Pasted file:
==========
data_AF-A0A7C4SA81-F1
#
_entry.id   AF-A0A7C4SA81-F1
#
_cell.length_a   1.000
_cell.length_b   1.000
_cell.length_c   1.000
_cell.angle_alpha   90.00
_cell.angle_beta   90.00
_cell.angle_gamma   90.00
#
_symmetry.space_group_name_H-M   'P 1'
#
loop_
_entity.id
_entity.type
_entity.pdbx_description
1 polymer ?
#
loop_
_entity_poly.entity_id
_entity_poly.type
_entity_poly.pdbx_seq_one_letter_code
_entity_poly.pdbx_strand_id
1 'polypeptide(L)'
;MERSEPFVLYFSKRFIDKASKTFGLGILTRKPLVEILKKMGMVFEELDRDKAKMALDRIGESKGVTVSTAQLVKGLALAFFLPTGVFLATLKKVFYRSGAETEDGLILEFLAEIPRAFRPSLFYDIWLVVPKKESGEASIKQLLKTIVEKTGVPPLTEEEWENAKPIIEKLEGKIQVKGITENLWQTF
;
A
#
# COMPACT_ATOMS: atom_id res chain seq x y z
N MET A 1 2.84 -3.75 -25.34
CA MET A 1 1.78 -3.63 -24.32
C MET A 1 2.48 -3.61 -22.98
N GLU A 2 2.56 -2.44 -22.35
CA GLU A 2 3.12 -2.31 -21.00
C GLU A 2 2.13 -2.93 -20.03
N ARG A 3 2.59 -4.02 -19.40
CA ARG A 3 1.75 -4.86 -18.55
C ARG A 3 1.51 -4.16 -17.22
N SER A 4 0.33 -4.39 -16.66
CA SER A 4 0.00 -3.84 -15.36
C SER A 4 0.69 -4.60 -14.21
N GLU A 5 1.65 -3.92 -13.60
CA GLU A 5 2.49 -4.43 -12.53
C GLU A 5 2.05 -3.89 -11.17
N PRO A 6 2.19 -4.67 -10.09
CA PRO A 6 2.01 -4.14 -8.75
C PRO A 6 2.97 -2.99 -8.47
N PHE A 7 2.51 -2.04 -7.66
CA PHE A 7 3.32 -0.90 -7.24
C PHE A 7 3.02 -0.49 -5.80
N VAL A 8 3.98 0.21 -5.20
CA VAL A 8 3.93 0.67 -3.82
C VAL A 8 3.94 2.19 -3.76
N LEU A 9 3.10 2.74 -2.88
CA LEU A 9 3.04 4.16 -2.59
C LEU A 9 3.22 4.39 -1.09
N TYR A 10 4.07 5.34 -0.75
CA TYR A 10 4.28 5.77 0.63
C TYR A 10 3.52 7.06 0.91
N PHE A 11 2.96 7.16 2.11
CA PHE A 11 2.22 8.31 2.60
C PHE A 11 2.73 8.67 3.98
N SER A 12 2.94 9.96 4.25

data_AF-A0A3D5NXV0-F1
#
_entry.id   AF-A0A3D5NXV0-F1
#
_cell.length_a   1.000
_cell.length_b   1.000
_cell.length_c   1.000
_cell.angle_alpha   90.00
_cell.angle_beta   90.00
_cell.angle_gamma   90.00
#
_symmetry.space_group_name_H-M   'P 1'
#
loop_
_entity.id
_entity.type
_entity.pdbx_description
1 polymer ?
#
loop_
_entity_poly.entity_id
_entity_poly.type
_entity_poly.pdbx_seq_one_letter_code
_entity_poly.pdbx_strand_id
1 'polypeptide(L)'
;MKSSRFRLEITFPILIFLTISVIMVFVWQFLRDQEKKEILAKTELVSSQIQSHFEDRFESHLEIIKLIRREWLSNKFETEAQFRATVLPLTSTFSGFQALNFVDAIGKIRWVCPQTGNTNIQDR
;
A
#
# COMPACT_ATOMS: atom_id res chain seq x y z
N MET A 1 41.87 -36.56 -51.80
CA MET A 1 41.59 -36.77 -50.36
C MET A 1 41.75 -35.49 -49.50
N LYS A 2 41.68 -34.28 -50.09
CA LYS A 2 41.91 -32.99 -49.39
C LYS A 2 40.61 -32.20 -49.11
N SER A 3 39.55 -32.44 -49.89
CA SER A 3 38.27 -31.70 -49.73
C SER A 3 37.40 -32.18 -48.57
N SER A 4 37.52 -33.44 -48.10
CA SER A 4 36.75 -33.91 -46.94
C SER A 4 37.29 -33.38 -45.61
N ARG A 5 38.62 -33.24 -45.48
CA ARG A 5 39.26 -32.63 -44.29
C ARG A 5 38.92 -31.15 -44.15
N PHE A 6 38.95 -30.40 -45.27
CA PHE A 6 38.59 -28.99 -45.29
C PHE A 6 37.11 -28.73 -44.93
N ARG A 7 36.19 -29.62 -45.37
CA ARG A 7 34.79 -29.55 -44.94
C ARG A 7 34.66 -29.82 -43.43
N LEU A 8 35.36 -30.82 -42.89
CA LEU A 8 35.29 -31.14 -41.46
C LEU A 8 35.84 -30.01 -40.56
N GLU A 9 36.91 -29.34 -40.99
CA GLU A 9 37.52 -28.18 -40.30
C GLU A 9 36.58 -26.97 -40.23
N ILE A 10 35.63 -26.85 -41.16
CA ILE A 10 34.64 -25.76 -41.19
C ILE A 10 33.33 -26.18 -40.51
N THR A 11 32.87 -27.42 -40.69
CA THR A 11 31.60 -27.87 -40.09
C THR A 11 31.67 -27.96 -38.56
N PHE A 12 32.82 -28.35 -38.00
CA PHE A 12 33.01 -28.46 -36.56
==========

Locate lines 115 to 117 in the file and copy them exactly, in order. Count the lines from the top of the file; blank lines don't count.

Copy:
C ARG A 7 34.66 -29.82 -43.43
N LEU A 8 35.36 -30.82 -42.89
CA LEU A 8 35.29 -31.14 -41.46